Last month we learned that, just like its 8-bit predecessor, the new Nintendo SNES Classic Mini could be hacked to add more games from the stacked back catalogue.
Now, the developer of the hakhi2 tool used to crack the NES Mini has updated the program, adding support for the recently released SNES Mini.
Alexey ‘Cluster’ Avdyukhin says more around 75% of the games are “working fine,” while NES ROMs will work too (via Nintendo Life).
Given the SNES Mini only ships with 21 games built in (down from 30 on the NES Mini), more gamers might be tempted to side-load additional ROMs on the console.
Nintendo could have negated this by providing additional storage and offering an eShop so gamers can add new titles.
Is it legal?
The legality of side-loading games on to the console is cloudy to say the least.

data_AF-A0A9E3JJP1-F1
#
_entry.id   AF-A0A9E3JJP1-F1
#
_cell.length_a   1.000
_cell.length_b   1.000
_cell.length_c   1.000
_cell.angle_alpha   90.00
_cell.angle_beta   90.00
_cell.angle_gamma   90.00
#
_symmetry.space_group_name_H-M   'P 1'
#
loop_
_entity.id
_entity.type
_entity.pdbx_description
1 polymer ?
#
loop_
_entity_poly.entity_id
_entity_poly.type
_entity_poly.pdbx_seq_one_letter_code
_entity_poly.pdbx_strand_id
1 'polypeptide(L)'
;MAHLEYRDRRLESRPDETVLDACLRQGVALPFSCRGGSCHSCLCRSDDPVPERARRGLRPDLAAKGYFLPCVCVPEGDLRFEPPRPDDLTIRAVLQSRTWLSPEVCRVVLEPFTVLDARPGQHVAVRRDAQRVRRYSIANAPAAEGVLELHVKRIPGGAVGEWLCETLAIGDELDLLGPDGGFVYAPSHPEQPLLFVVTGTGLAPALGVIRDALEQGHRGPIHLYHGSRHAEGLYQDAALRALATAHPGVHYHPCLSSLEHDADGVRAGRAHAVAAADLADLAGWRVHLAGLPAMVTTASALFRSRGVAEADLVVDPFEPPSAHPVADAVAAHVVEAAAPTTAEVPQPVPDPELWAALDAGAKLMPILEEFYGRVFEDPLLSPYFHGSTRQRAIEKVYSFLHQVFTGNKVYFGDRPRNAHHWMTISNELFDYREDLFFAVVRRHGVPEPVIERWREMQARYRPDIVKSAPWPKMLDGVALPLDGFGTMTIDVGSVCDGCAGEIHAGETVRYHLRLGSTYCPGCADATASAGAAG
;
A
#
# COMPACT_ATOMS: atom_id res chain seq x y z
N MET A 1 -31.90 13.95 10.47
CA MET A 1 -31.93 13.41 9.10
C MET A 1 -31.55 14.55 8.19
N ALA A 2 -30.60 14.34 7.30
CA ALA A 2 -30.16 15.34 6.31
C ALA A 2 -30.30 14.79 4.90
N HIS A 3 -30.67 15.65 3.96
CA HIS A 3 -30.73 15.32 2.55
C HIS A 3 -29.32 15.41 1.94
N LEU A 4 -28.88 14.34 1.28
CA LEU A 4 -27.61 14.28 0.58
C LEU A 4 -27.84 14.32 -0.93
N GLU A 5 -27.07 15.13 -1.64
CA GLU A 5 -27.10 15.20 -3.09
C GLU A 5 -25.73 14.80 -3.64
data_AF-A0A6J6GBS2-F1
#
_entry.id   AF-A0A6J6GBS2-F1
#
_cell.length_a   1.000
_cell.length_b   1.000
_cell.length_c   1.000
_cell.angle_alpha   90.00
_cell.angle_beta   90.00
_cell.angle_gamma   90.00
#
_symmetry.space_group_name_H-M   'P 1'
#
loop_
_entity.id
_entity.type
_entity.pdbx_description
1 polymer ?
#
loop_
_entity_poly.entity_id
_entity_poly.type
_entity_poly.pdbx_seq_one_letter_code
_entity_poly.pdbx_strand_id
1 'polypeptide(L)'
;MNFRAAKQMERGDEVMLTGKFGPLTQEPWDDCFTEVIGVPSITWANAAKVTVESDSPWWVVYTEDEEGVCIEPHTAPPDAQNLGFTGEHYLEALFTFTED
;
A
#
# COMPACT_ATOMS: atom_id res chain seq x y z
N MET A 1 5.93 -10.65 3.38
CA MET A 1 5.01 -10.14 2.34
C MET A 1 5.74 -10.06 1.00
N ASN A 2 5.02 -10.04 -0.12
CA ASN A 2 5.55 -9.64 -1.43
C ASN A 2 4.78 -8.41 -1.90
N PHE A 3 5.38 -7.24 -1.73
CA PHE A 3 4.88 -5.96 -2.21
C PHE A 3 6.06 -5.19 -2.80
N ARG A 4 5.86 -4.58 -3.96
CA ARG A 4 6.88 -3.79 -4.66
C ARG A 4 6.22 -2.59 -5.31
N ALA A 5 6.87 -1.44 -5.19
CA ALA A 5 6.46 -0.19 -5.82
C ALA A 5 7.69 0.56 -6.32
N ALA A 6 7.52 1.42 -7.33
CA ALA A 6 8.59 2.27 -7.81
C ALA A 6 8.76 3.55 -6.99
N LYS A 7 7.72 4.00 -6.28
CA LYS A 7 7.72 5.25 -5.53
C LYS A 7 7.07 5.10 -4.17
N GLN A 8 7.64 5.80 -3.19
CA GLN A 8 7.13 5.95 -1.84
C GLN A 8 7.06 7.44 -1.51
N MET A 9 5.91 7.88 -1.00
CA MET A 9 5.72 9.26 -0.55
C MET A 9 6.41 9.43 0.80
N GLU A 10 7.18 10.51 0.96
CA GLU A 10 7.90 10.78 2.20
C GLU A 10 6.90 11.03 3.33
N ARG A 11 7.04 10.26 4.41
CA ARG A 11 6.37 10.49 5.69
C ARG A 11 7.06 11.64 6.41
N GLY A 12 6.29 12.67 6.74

If gamers own the cartridges then it’s not seen as such an issue, but otherwise it’s a clear-cut piracy.
However, given Nintendo’s lawyers are usually all over copyright infringement like white on rice, the company might not be too fussed by the modding.
Naturally eBay sellers are already taking advantage selling console mods for way above the asking price of £69.99/$79.99.
Neowin reports the hacked machines are selling for more than $250 on the secondary market. That’s up from the $170 sealed machines are going for.
Nintendo has urged gamers not to overpay for the console, promising to do a better job of keeping the SNES in stock.
Have you grabbed a SNES Mini yet or are you stalking online retailers hoping for it to appear? Share your experiences @TrustedReviews on Twitter.